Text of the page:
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“Thames Estuary airport plans prompt new contemporary art exhibition at Museum of London Docklands. A new art exhibition which explores the outer limits of the River Thames in painting, film and photography and printmaking…”
Estuary is a fascinating exhibition that seeks to explore how the Thames Estuary has been depicted in contemporary art. It features twelve artists from the last few decades as well as two new works. Francis Marshall, curator of Estuary said, “When we decided nearly two years ago to hold an exhibition of contemporary art, the airport proposal was at the front of Londoners’ minds. This renewed focus on the Estuary, combined with a fantastic body of contemporary art which depicts the place, cemented the museum’s plans to stage Estuary.”
Marking the tenth anniversary of the Museum of London Docklands, the collection takes a stunning look at the Thames Estuary after the collapse of the shipping industry that made it the largest, busiest port in the world. Old and new are thrown together in this historic place that leads to a confused identity and the exhibition aims to tie the fragments together to show the many dimensions of the Thames Estuary 2013. Most importantly, what it means to the people who live and work there.
Portrait of a River
The highlight for Topsail was the new film by the Danish film artist Nikolaj Bendix Skyum Larsen. Titled ‘Portrait of a River (2013)’ the film consists of various shorts focusing on the people and places that give the Estuary its contemporary character. This tackles the identity problem head on, threading together the people that rely on the Thames for work as well as the changing environment they inhabit. With such a large area, exploring the Estuary through these short ‘chapters’ is illumining and the patchwork films that emerges is as entertaining as it is relevant.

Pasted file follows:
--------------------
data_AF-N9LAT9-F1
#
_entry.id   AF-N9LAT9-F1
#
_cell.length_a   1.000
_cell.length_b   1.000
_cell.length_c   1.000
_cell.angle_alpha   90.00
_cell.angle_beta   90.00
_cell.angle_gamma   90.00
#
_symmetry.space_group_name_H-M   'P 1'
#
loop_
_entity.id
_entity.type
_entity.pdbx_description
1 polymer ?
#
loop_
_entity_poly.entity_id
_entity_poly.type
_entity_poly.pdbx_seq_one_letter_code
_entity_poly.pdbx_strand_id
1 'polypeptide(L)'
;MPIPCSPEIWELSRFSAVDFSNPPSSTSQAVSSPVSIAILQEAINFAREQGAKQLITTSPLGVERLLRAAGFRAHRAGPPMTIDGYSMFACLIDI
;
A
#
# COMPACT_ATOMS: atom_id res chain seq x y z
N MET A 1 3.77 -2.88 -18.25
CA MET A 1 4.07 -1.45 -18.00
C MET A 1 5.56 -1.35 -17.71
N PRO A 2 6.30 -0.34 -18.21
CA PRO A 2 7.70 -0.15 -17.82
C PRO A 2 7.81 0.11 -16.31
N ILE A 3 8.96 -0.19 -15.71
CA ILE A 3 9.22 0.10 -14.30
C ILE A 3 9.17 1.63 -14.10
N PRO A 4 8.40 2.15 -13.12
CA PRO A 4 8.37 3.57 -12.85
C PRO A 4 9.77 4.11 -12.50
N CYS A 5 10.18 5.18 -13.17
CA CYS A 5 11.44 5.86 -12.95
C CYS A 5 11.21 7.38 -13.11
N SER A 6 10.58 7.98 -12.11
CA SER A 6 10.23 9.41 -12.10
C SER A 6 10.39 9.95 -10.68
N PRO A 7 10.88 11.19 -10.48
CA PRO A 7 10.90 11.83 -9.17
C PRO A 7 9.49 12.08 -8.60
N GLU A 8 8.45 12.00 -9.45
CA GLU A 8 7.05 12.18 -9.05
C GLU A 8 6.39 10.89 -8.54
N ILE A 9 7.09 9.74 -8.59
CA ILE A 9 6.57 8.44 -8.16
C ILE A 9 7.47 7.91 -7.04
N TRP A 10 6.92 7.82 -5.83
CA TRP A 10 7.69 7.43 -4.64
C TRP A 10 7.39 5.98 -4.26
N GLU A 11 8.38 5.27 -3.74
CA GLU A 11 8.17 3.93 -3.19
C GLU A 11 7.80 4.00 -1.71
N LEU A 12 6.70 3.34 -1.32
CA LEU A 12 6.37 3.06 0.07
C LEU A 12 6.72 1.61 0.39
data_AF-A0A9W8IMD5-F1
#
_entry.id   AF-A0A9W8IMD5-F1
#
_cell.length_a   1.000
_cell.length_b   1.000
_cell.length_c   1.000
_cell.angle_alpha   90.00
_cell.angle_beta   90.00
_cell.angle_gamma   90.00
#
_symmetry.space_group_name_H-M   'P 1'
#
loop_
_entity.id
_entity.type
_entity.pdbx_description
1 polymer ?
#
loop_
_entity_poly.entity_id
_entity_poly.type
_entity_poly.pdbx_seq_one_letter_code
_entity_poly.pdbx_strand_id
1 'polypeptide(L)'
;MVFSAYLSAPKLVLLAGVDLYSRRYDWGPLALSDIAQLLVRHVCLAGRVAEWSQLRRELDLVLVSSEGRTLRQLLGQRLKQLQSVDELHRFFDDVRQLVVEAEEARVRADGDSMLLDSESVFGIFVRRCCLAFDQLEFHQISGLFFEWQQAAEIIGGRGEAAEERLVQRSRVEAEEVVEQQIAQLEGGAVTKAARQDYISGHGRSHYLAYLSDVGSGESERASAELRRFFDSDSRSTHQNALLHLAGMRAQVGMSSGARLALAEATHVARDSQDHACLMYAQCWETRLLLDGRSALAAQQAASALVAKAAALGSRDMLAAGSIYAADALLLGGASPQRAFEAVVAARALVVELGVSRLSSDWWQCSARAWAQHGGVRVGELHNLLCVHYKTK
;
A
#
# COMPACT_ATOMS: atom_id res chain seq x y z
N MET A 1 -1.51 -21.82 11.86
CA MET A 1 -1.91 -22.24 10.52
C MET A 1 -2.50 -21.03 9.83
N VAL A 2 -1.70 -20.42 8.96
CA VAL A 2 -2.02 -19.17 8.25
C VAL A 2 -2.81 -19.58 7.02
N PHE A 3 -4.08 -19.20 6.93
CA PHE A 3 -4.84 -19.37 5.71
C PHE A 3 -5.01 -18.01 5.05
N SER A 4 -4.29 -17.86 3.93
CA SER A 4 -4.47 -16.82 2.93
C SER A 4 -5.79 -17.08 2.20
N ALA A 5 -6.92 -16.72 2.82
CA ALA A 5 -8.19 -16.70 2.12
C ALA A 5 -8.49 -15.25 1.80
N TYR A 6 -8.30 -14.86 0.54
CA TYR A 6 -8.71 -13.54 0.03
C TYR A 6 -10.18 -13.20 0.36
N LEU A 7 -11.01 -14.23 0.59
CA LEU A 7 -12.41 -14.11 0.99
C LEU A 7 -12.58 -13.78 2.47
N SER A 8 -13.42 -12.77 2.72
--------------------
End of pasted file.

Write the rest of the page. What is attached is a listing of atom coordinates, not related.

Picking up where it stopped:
Excitingly, our very own Skipper of Topsail’s Sailing Barge Will, Tom Cook, featured in three of the shorts along with First Mate David Cooper. As the largest Sailing Barge still operating on the river, it seemed appropriate to feature Will as both something that used to be common place on the river and yet still remains there in an entirely different way. The first beautiful short involves Tom splicing an eye on a mooring line. This was, and still is, a basic maritime skill that was once part of life on the Thames for hundreds of Thames Barge crews. Now there are very few remaining Sailing Barge’s with none still trading and Will is one of several barges that operate in London on a regular basis in the tourism industry.
Secondly, and similarly, Tom talks the camera through a chart of the Pool of London between just above and below Tower Bridge. His knowledge of the area is phenomenal laced with incredible stories such as the pirates of Wapping and the Tower of London’s Polar Bear that used to swim in the river on a chain leash and scare local passing Watermen and Lightermen! The Third involves our crew singing an old river Shanty song while motoring though an open Tower Bridge. The old traditions mixed with the position of the Thames as central tourist attraction for London’s visitors.
A View from the River
If there is one thing that shines through this exhibition it’s that the history of the Thames soldiers on, thrust into the future. It is inexplicably linked with changing identity of the Thames and this is what makes our river so fascinating. Old Wharves mix with exciting glass architecture, our Sailing Barge’s hold now has a cargo of people, fine dining, and our high mast opening Tower Bridge not functional but a stunning experience for guests! Our Sailing Barge now has a virtual tour (click here) while being 85 years old! We feel privileged to work here, its really quite a ride!
The video is also part of last year’s Thames Festival projects that accompanied the ‘1513: A Ship’s Opera‘ performance in the Upper Pool. With steam ships, whistles, bells and a Trinity Lightship it was an amazing spectacle to witness. The Thames is now an artistic hot spot, we’ll keep you updated on any new projects for the Thames.
By Guy Wimpory email@example.com